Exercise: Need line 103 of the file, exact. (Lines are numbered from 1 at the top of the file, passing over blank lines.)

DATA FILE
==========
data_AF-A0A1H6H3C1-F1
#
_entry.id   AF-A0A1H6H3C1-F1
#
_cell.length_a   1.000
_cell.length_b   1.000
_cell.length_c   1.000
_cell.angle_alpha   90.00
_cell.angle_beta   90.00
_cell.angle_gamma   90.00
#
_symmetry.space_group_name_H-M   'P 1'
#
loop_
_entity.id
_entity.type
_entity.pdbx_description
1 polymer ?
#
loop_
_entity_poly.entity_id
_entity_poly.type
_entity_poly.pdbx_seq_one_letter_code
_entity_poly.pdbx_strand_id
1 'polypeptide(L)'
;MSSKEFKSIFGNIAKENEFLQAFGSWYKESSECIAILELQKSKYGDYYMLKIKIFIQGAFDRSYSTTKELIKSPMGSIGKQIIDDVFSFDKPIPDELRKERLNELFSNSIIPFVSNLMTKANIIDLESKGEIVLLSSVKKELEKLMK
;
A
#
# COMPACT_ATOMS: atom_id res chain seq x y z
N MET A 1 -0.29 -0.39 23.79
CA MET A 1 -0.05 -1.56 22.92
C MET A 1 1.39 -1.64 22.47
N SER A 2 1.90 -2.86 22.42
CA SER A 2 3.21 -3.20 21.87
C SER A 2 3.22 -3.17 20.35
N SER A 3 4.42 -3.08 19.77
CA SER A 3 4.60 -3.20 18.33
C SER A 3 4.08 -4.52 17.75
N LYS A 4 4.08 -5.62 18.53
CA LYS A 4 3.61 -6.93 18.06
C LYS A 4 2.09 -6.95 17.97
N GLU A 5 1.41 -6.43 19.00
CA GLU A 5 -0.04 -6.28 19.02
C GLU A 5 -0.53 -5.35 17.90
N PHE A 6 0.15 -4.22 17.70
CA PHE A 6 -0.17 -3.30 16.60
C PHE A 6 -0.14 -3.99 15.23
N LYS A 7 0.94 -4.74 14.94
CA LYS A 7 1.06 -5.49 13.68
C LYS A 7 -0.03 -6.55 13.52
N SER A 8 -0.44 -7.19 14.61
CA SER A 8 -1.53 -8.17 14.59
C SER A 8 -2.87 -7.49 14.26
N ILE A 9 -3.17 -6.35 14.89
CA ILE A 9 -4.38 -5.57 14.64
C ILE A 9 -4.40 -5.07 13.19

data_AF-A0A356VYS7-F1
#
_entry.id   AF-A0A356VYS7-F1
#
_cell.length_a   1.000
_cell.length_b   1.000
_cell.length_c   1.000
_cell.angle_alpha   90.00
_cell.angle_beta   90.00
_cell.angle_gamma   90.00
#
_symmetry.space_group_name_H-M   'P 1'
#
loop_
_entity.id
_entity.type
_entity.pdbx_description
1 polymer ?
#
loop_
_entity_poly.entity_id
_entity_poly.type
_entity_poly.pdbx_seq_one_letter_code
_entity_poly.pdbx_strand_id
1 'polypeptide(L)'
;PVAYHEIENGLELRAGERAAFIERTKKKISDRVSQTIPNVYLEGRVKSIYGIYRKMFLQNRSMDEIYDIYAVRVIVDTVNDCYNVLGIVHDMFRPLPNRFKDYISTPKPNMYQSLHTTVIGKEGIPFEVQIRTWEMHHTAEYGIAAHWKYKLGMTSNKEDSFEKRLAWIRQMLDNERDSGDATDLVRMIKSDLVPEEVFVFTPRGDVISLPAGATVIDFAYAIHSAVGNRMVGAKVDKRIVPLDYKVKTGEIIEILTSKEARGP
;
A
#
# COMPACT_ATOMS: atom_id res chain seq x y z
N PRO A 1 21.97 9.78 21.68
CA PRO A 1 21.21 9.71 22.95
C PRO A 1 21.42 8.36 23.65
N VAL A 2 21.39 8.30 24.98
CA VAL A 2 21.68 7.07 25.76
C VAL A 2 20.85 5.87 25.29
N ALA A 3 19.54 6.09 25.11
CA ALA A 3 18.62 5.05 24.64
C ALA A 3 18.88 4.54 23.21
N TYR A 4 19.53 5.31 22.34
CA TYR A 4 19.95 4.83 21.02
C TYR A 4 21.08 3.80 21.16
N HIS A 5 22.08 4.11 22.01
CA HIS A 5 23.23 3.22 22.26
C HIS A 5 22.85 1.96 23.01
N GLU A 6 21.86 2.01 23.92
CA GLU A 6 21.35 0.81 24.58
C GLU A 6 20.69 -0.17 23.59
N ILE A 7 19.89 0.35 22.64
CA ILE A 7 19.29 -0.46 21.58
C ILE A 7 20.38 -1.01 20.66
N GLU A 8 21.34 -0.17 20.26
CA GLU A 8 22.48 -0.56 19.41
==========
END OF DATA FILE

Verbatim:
N GLU A 6 21.86 2.01 23.92